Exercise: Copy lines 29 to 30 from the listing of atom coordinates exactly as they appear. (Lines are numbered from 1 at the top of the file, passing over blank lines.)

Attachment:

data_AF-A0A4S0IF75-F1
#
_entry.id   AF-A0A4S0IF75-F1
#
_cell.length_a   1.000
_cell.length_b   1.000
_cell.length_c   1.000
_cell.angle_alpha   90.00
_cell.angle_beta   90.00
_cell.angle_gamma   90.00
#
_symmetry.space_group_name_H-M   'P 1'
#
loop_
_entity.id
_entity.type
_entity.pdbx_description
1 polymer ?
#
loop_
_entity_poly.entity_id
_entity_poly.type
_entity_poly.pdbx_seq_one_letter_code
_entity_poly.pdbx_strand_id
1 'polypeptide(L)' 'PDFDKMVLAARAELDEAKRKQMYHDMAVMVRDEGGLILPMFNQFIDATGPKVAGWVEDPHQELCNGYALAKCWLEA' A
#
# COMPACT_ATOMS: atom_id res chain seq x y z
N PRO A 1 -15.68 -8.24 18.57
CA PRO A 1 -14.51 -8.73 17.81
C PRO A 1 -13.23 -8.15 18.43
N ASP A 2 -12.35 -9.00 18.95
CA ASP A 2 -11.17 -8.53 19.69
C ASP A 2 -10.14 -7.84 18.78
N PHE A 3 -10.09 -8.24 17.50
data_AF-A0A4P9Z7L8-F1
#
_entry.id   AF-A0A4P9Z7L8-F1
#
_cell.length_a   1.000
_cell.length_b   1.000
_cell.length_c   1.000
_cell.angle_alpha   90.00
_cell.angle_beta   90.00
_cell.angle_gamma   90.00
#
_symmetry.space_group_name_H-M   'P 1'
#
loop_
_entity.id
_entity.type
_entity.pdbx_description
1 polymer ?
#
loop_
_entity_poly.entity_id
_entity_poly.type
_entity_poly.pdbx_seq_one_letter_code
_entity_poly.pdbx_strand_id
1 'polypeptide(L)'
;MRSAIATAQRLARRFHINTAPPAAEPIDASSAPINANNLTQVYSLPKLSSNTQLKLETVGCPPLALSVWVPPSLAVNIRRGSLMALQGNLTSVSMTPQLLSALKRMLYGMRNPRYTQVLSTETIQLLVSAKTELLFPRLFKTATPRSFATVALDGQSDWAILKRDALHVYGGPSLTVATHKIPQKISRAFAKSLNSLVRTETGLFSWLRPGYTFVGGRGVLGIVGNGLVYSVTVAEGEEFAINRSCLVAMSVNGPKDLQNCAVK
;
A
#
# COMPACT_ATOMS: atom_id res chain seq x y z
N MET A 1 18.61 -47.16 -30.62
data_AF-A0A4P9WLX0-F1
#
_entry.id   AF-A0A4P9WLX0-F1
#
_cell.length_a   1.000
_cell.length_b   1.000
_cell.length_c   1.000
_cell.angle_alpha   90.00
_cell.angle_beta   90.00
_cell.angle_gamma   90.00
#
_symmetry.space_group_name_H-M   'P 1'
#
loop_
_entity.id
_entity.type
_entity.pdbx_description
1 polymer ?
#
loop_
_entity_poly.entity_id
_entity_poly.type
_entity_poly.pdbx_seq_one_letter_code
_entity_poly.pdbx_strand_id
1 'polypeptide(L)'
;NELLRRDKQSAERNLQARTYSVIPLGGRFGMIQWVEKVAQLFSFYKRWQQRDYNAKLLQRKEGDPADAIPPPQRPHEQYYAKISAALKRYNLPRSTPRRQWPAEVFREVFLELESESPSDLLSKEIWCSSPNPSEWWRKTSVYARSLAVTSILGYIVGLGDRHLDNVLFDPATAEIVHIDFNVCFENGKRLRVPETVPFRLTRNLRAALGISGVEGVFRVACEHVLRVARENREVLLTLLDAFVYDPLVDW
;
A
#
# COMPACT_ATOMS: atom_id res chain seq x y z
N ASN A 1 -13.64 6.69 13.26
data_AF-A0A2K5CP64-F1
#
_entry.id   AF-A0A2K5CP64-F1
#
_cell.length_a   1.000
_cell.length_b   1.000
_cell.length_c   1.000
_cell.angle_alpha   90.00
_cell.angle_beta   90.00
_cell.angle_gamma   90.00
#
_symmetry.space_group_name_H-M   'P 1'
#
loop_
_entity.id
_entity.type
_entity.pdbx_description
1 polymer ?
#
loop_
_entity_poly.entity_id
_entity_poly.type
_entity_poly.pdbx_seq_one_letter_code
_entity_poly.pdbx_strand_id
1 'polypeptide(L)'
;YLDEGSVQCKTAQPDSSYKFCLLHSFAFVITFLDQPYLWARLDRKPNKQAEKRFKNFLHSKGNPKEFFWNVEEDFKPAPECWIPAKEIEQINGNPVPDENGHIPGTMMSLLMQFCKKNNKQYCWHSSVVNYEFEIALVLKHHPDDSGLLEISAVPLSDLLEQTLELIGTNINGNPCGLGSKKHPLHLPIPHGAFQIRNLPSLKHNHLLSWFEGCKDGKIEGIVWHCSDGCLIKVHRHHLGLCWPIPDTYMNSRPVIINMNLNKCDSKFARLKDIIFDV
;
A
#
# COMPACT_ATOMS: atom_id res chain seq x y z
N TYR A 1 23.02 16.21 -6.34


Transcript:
CA PRO A 1 -14.51 -8.73 17.81
C PRO A 1 -13.23 -8.15 18.43